Netanyahu grumbles over insufficient support for him on right
search

Netanyahu grumbles over insufficient support for him on right

In comments aimed at United Right, PM claims other right-wing figures ‘stuttering’ on whether to recommend him for another term; Shaked: Likud wants Gantz, so don’t preach to us

Prime Minister Benjamin Netanyahu gestures during the weekly cabinet meeting at his office in Jerusalem, July 7, 2019. (Abir Sultan/Pool Photo via AP)
Prime Minister Benjamin Netanyahu gestures during the weekly cabinet meeting at his office in Jerusalem, July 7, 2019. (Abir Sultan/Pool Photo via AP)

Prime Minister Benjamin Netanyahu on Friday complained that his right-wing rivals were not firm enough in backing him for another term as premier, prompting a rebuke of his Likud party for wanting to bring Benny Gantz into a government after upcoming elections.

In a video on his Facebook page, Netanyahu implored Israelis who want a right-wing government to back Likud, arguing a vote for another party that fails to pick up enough support to enter the Knesset would harm his chances of forming such a government.

“Whoever says ‘I want Netanyahu lead a right-wing government” should vote Likud and not say ‘I’ll give [my vote] to someone else… we will hope they pass the threshold and also recommend Netanyahu [as prime minister]’ — on this I also hear the stuttering of the members there on the right,” he said.

Netanyahu did not specify who he claimed was vacillating on whether to back him after elections next month, but his comments appeared directed at the United Right, whose leader Ayelet Shaked failed to enter the Knesset in April’s elections when running with the New Right party.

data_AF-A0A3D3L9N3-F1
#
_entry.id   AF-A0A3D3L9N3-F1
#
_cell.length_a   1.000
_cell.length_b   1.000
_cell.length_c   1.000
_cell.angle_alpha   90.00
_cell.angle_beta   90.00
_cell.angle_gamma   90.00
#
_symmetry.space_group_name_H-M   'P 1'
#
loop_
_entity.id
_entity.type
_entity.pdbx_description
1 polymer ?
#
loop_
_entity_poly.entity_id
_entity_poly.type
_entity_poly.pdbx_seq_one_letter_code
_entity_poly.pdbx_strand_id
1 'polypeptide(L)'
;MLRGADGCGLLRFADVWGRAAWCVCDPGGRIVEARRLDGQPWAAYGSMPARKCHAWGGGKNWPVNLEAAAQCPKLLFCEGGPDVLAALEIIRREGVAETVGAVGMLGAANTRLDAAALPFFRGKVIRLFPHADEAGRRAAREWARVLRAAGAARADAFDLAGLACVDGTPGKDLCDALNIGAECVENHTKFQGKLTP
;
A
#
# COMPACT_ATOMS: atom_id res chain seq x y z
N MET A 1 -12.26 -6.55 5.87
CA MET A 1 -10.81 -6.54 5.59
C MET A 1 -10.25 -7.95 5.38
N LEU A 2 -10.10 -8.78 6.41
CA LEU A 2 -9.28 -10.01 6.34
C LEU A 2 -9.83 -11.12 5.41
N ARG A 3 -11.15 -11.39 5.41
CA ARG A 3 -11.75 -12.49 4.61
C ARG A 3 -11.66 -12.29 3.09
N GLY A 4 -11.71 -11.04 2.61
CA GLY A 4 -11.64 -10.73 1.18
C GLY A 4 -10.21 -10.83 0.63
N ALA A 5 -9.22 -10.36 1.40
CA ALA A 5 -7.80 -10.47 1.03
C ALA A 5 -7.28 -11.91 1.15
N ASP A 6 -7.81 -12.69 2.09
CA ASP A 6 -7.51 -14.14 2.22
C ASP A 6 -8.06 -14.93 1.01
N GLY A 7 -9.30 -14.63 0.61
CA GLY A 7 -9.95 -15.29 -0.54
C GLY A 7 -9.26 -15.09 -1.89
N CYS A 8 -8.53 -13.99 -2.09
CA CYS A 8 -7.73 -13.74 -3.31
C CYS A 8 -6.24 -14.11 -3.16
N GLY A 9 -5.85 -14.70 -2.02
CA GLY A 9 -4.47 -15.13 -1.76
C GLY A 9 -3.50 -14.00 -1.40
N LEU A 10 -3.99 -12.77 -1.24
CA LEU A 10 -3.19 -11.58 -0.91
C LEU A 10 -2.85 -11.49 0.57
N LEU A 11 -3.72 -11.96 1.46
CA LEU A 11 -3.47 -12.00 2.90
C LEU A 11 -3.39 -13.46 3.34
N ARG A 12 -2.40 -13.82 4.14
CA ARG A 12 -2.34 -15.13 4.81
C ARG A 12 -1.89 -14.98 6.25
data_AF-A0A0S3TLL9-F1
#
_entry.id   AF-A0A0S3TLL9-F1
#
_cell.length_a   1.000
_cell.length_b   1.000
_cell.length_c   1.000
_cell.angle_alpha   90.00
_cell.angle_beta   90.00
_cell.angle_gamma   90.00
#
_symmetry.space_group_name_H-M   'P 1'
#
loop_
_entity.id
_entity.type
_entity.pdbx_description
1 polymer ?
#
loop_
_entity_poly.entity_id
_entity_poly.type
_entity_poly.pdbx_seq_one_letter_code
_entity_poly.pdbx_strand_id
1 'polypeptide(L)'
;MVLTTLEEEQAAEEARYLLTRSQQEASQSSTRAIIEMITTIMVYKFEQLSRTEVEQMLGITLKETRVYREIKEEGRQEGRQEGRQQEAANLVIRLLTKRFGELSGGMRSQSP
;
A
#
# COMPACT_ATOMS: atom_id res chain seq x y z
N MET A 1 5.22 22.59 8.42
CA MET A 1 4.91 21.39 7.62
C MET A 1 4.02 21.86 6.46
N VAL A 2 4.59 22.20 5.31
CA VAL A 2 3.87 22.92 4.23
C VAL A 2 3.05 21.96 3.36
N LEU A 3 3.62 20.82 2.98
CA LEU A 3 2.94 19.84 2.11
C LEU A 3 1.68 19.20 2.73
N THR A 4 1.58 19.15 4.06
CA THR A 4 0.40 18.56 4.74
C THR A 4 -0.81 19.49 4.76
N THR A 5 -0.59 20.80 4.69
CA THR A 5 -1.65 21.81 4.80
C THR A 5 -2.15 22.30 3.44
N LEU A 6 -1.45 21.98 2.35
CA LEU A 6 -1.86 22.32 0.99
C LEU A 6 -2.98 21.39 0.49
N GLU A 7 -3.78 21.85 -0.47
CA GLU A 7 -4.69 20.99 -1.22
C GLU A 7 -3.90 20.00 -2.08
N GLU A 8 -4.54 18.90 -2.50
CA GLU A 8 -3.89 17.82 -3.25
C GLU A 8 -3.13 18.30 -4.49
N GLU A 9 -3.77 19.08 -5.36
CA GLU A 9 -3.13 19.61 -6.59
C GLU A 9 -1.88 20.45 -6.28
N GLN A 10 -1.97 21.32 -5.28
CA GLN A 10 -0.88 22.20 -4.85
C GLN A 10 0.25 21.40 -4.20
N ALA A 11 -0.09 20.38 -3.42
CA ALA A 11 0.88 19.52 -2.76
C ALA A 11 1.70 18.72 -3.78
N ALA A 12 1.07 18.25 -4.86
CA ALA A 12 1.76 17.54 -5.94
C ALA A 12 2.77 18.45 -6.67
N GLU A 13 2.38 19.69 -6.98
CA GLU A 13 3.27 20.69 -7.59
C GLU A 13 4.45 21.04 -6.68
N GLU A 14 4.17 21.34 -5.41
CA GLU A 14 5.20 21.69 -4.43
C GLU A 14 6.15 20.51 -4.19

Ayelet Shaked and Naftali Bennett (L) at a press conference in Ramat Gan announcing Shaked as the new leader of the New Right party, July 21, 2019. (Tomer Neuberg/Flash90)

She and her political ally Naftali Bennett had also balked at recommending Netanyahu assemble the next government a condition of merging New Right with a pair of national-religious parties to form United Right, but eventually conceded.

Responding to Netanyahu, Shaked accused Netanyahu of “throwing sand in the eyes” of voters.

“Instead of fighting with his natural partners, it is better if Netanyahu focus his efforts on enlarging the [right-wing] bloc if indeed a national right-wing government is his wish,” she said in a statement.

Shaked also took a dig at Netanyahu for vowing to form a right-wing coalition, noting previous center-left figures who served in his governments or were in talks to do so.

“Those who ‘stuttered,’ with [Ehud] Barak, [Tzipi] Livni, [Isaac] Herzog, [Avi] Gabbay and just yesterday when his people said they will go with Gantz, shouldn’t preach to the United Right,” she said.

Her mention of Gantz was in reference to Likud MK David Bitan saying Thursday that Netanyahu hopes to include the Blue and White alliance leader in the next government, but not Gantz’s deputy, Yair Lapid.

A day earlier, Netanyahu penned a column in the pro-Likud Israel Hayom daily ruling out a unity government with Blue and White, which Yisrael Beytenu party head Avigdor Liberman has said he will push for after elections.

Then IDF Chief of Staff Benny Gantz with then Foreign Minister Avigdor Liberman at a 2013 Knesset committee meeting. (Flash90)

According to recent polls, neither the right-wing nor the center-left blocs will have enough seats to form a government without Liberman, setting him up as a potential kingmaker.

After April’s elections, Liberman refused to join a Netanyahu-led coalition, unless a bill formalizing exemptions to mandatory military service for ultra-Orthodox students was passed without changes, keeping the prime minister one seat short of majority.

Rather than have another lawmaker be tasked with cobbling together a government, Netanyahu successfully pushed through a vote to call fresh elections on September 17.

read more:
comments